As good examples to the difference between pick and no pick are my two idols, Jason Newsted and Cliff Burton. Jason uses a pick and on the albums with him playing you can hear a sort of melodic thump in the back for most songs (mainly because he has a heavy picking style that even interfered with studio equipment). His solos, when he uses a pick, are much crisper, clearer, and more distinct in sound. Now the other extreme, Cliff did not use a pick, his playing was not very audible behind the guitar power chords, but his solos were mad (rather fast I would have to say)

    So the moral of the story is: do what you think sounds better or feels better for what you're playing and those who critize you can go to hell!

    ------------------
    When you play bass do you ever wonder what idiot had the idea of making a lead guitar??

    "Ihr glaubt zu töten wäre schwer. Doch wo kommen all die Toten her?" (Translated: You thinking killing is hard to do. But where do all the corpses come from) -Rammstein
     
  17. Ktulu

    Ktulu

    May 8, 2000
    I use either my fingers or a pick depending on what the song I'm playing calls for. I've seen this on the post already, and I agree with it: it's best to learn to play both ways. It just gives you more sounds to work with. There's NO shame in using a pick. IMHO, it's worse to simply dismiss the idea of using one, and i.e. throw away a useful tool.

    MetalBass, good point w/ Newsted and Burton (my idols [​IMG]). This is a perfect example of how either method can work with the same type of music. I really like the way Newsted's bass comes through on the Black Album. You have to know what to listen for, but it really cuts through. And I don't know if it's possible to get My Friend of Misery to sound right without a pick. I know I can't do it, anyway.

    Burton's style is pretty much on the other end of the spectrum, but his bass still cuts through. It sounds more "standard" to me (I guess that's what you'd call it). Most of the time there's not a whole lot of attack on his notes, but they can still be heard. The man was a genius.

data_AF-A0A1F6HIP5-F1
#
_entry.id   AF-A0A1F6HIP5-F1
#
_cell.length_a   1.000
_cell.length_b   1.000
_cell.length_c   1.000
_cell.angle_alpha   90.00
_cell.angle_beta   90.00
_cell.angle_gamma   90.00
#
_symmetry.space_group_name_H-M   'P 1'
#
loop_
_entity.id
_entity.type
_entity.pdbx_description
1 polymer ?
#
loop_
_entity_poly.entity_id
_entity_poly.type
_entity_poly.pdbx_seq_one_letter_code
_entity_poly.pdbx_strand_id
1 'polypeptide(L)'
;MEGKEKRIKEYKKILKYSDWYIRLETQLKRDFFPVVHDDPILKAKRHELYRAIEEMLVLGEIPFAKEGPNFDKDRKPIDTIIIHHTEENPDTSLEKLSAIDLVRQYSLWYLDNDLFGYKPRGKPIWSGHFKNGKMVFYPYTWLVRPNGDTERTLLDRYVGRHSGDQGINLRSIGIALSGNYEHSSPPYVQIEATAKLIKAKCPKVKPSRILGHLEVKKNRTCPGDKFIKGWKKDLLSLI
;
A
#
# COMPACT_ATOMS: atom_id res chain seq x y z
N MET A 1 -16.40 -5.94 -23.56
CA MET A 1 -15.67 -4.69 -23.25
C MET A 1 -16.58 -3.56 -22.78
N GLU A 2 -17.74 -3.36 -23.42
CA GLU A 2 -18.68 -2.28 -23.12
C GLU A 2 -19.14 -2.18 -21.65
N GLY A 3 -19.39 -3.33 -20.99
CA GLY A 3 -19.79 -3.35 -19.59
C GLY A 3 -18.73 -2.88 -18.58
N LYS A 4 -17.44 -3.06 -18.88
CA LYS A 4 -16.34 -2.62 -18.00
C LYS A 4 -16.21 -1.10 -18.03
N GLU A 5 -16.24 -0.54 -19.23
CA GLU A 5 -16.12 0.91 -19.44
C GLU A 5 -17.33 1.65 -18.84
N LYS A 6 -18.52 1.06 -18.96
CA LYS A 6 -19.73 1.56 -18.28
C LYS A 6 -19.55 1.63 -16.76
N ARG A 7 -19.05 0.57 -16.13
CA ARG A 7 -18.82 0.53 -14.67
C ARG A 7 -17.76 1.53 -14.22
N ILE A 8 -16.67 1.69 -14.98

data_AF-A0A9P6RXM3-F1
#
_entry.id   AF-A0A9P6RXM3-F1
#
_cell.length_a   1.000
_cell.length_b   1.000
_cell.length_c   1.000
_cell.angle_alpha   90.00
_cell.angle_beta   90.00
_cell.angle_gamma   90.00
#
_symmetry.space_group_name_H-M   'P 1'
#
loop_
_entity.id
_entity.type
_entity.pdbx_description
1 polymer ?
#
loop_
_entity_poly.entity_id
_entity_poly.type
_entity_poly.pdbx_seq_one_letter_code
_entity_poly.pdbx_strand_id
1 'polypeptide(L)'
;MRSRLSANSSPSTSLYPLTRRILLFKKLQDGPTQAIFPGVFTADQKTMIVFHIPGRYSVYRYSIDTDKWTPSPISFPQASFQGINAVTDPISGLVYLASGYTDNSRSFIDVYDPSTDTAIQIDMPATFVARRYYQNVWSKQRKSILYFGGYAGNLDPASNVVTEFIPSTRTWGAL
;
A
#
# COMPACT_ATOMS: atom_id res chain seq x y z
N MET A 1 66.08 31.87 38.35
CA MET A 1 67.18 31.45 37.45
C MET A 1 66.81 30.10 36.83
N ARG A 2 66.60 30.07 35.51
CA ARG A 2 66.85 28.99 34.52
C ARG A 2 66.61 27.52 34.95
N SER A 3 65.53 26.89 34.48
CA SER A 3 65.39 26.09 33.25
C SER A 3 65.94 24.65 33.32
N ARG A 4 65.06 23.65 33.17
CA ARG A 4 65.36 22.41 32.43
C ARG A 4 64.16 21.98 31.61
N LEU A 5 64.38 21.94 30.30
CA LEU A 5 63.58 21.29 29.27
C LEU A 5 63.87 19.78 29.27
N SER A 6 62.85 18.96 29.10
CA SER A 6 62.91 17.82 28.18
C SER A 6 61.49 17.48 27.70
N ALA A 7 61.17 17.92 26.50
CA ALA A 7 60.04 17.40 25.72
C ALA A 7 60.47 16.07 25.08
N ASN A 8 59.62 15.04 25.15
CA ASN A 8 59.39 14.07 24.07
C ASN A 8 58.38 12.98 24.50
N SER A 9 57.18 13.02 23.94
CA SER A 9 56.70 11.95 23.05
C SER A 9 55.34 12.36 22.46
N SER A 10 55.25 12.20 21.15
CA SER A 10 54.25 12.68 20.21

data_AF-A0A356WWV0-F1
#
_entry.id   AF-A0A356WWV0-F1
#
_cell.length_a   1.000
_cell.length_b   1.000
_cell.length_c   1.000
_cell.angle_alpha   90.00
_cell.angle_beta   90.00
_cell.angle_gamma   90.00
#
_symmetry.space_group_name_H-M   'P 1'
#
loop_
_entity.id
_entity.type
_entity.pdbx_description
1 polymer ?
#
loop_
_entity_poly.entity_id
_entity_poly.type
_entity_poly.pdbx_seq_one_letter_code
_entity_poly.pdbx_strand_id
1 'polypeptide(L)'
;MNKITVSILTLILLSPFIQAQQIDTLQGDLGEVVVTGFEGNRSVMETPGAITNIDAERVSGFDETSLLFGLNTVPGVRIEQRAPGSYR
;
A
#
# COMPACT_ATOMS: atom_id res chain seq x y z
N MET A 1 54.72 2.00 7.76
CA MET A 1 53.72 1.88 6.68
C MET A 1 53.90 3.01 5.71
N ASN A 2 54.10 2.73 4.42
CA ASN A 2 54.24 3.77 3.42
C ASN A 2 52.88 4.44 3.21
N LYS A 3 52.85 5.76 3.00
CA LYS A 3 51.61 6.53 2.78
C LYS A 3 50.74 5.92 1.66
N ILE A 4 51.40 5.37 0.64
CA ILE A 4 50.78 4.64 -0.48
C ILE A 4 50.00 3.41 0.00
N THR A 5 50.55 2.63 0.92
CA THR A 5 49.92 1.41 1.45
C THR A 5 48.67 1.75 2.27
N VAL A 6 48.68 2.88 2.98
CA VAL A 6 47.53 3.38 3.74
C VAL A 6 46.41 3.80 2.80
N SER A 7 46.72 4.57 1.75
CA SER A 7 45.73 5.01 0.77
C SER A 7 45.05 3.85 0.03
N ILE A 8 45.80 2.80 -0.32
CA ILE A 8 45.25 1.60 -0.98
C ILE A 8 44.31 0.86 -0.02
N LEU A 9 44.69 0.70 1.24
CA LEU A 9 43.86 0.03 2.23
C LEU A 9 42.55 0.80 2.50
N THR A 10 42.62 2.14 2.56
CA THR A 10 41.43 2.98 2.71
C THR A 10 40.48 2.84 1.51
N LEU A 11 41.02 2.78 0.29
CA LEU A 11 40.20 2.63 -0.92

Later, all.
     
  18. bassguy187

    bassguy187

    Jun 27, 2000
    Nazo, PA
    I definately play better with a pick, i'm into nirvana very much and other grungy kind of music and punk as well as many other types of music, and i think it depends on what type of music you play if you use a pick or you fingers. a pick gives you a nice crisp clean sound though [​IMG]
     
  19. DW

    DW

    Jun 22, 2000
    MetalBass, you don't need to tell your would-be critics to go to hell. It's best to ignore them. Anti-pick elitists have been bashing picks and pick players for 30+ years and it hasn't yet occurred to them that pick players don't give a sh*t about their criticism and are going to continue to do as they please. Don't give them ammunition. Don't think ill of them, just don't think of them at all!

    When I started playing bass in 1962 (ouch!) anti-pick bias was unheard of. It was started in the 60s by second-rate studio guys, mainly from the east coast, mostly string bass guys who hated electric bass to begin with and then were forced out -- or into the background -- by west coast studio bassists who came from a guitar background and often used picks.

    So why is it still around when most of those guys are long gone from the scene? Because it's not really an anti-pick thing. Scratch the surface and you'll find it's very much an anti-guitar, anti-rock thing. It's more convenient to attack picks, it diverts attention from their real hatred.

    I play fingerstyle or pickstyle, whatever I think is the best tone for a given song. You should go for whatever gives you the tone you want, not because someone else does it.

    But I can't agree with you on Burton vs. Newsted. That's a studio situation. A pick is just one of several things that may help you be heard better in a live situation. But if you're not heard well on a professionally engineered recording, then it's because the engineer, producer or bandleader wanted it that way. I own many recordings with a pickstyle bassist who's mostly buried and many with a fingerstyle bassist who stands out in the mix.
     
  20. MetalBass

    MetalBass

    Apr 19, 2000
    DW, thanks for the lessons.

    I am still a teenager and the whole history thing didn't really occurr to me.

    Sorry about the "go to hell" part, I'm a bit impulsive.

    Also, I didn't think about the whole studio editing bit (in all the studio editing I saw it was only the drummer Lars who was repeatedly trying to turn the drums up more). Just a funny fact is that when they had Newsted playing in the studio they put a wall of foam around his playing area because the pick noise was so loud that the technicians could not hear what was coming out of the speakers.